Four Things to Know About the 2006 Sale of Stuyvesant Town-Peter Cooper Village
This October will mark 10 years since one of the biggest tidal waves in New York City real estate history came crashing down on our shores: the $5.4 billion sale of Stuyvesant Town-Peter Cooper Village to Tishman Speyer and BlackRock. Until recently, it was the largest real estate transaction in United States history (the jury is still out on whether the sale of the same property last December was a tad higher).
Given the anniversary and that our Sit-Down this week is with the woman who sold it, let’s take a look at the big plot points of the 2006 deal:
The Buildings: While Metropolitan Life Insurance built them as separate planned communities in the late 1940s, Stuyvesant Town and Peter Cooper Village now comprise 11,232 apartments in 110 buildings. At the time of the sale, rent stabilization made many of them affordable. The buildings were also covered by the J-51 tax break, which incentivizes landlords to make capital improvements to existing properties. The abatement would be the subject of a major lawsuit in the following years as the owners tried to deregulate thousands of units.
The Bidders: Tishman Speyer was by no means the only real estate powerhouse that bid on the project when MetLife, the original developer, put the property up for sale. Bidders included real estate dynasties such as the LeFraks, the Dursts and the Rudins, along with Related Companies’ Stephen Ross and Vornado Realty Trust’s Steven Roth, according to Charles V. Bagli in Other People’s Money, his 2013 book detailing the sale and subsequent default.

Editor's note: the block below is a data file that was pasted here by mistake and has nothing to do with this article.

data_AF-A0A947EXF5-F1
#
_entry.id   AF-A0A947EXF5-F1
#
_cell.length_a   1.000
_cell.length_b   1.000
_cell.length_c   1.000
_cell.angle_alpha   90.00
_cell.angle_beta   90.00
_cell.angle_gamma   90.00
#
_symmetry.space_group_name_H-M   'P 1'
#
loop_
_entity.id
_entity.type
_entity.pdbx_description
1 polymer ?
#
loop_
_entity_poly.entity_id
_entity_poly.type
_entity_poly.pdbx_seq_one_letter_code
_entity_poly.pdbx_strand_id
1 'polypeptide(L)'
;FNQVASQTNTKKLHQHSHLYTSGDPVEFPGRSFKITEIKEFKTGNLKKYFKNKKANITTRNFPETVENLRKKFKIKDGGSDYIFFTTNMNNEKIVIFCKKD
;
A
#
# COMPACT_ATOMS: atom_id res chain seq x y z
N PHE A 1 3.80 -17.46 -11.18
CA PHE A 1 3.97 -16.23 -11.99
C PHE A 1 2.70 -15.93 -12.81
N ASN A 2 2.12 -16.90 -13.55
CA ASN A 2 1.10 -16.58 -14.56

The Agreement: Mr. Bagli also got the scoop on the overnight negotiations between Tishman Speyer, BlackRock and MetLife executives. It began with a phone call from CBRE’s Darcy Stacom, who oversaw the auction of the property, around 5 p.m. on Oct. 16, 2006, inviting the Tishman execs to come to law firm Greenberg Traurig’s offices at 200 Park Avenue. An agreement was made at 9:30 a.m. on Oct. 17.
The Price: There are two actual numbers that account for the sale: $5.4 billion and $6.3 billion, either of which still made the sale the largest in U.S. real estate history. MetLife and the buyers agreed to the sale at $5.4 billion, and the other $900 million was raised for improvements to the properties, plus the buyers established a reserve fund to pay interest on the debt. But in a wild peak of the real estate cycle, most of that cost was covered by lenders and Tishman Speyer put down a mere $56 million of its own money.